The Shape of Things to Come. ‘Like watching the descent of a giant lift, or seeing New York’s World Trade Center collapse through a sidewalk on the downstroke of an invisible piston.’ (Jon Courtenay Grimwood, Lucifer’s Dragon, 1998) [BA]

The Dead Past. 40 Years Ago, Robert Conquest revealed that ‘he learned all his skills at understanding the Russian mind from his vast knowledge of alien psychology gleaned from 40s issues of Astounding’; and Karl Hansen offered a (pre-Thog) True Romance Masterclass in his 1981 novel War Games: ‘Even through two layers of combat armour, I felt her nipples brush against my back ...’ (Ansible 19, July 1981)
50 Years Ago, Anne McCaffrey told a UK convention: ‘Dragons are really a rather nice animal; they’ve just had bad press.’ (Focal Point 3:1, July 1971)

Silo-Fi. Amitav Ghosh is pleased that Richard Powers’s The Overstory (2018) escaped the taint of silage: ‘It wasn’t hived off into the usual silos of climate change or speculative fiction, but was treated as a mainstream novel. I do think that was a very major thing.’ (Guardian, 26 June) [JF]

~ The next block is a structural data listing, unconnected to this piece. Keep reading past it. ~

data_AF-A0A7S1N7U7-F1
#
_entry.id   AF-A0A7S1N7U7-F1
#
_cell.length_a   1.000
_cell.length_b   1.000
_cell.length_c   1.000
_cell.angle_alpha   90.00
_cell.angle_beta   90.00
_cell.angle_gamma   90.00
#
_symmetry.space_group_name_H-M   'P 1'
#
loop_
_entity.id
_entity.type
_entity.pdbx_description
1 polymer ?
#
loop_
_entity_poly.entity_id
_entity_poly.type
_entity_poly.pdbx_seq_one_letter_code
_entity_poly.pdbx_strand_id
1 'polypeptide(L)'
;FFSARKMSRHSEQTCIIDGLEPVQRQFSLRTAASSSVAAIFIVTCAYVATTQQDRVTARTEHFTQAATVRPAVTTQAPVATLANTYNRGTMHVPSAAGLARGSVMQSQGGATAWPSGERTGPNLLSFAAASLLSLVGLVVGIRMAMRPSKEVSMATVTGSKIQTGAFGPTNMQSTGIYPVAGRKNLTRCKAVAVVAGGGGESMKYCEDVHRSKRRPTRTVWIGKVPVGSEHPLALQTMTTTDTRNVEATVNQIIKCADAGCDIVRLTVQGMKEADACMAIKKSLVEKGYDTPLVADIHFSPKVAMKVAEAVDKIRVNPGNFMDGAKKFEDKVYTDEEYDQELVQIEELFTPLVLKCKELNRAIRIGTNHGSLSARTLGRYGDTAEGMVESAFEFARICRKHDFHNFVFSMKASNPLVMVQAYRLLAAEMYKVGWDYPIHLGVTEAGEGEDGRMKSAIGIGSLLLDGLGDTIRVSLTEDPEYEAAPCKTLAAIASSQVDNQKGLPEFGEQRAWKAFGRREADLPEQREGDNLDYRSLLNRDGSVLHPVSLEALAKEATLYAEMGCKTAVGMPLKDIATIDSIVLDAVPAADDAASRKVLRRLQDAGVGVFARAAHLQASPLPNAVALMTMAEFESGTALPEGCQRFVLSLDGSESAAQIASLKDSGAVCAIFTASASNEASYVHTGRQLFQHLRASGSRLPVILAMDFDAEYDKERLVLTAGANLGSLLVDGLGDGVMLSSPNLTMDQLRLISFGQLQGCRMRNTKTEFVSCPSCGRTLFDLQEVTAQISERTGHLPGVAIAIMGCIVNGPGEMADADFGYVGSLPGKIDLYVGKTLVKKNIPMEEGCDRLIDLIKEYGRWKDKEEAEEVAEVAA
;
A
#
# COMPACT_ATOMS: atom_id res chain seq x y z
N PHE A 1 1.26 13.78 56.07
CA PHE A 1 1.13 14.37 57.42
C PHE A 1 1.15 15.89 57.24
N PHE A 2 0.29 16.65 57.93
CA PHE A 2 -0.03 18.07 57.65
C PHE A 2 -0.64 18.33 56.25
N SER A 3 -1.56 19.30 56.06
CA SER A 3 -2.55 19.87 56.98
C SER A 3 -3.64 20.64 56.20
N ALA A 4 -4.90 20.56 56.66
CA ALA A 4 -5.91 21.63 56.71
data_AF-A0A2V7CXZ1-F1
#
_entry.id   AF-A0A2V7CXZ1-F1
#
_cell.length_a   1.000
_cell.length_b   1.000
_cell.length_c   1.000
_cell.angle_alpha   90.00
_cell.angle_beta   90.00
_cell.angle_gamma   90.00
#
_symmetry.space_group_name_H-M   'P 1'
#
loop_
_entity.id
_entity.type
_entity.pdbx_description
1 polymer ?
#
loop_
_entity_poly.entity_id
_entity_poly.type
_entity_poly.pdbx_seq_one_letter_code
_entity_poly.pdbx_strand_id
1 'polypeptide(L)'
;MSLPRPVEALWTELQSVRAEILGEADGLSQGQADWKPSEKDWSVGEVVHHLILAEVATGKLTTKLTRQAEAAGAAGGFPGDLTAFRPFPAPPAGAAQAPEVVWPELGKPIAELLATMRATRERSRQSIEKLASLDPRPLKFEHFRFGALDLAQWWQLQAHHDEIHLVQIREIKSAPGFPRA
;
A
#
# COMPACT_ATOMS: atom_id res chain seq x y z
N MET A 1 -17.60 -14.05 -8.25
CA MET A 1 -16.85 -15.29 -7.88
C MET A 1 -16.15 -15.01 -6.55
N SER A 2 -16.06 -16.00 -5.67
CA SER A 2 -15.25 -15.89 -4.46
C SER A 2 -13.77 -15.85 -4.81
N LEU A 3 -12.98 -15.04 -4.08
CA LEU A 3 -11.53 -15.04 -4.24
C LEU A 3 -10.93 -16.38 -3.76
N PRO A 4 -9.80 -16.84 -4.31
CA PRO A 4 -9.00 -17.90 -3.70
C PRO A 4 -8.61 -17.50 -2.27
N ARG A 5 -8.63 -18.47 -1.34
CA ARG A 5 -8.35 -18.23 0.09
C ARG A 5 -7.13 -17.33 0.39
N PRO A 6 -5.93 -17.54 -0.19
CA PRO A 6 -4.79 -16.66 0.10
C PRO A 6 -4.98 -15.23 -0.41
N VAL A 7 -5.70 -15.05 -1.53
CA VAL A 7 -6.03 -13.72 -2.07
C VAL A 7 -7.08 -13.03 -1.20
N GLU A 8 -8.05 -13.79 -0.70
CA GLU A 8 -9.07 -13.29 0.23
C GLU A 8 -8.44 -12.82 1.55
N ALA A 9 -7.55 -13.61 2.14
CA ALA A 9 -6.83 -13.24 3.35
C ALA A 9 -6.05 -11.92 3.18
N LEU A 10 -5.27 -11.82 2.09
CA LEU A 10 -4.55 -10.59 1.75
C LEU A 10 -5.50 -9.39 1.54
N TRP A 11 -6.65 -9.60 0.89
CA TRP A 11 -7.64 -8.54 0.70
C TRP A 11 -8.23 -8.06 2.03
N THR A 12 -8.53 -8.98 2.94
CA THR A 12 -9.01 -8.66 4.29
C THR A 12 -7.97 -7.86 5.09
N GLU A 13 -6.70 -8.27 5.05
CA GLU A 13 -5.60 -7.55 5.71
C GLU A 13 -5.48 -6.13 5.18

Fanfundery. Yet another free TAFF ebook: The Road to Fame by D.R. Smith, written 1941-1946 and first collected in 1953, a mash-up fiction in which Prof. Challenger’s Lost World team goes questing with Tarzan, John Carter of Mars, Kim Kinnison and other sf notables in search of ... literary immortality. Details at

Magazine Scene. The cancellation of my ‘Ansible Link’ news digest along with other Interzone nonfiction was reversed in May: all the usual departments are in the double issue #290/291, published late June.
New Worlds returns as an anthology from PS Publishing in August 2021.

C.o.A. Pete Young, 10 Springvale Close, Kirkby, Liverpool, L32 5ST.

Paging Lazarus Long. Going the rounds on Facebook: a job ad with ‘Basic Qualifications / 710 years of Graphic Design experience ...’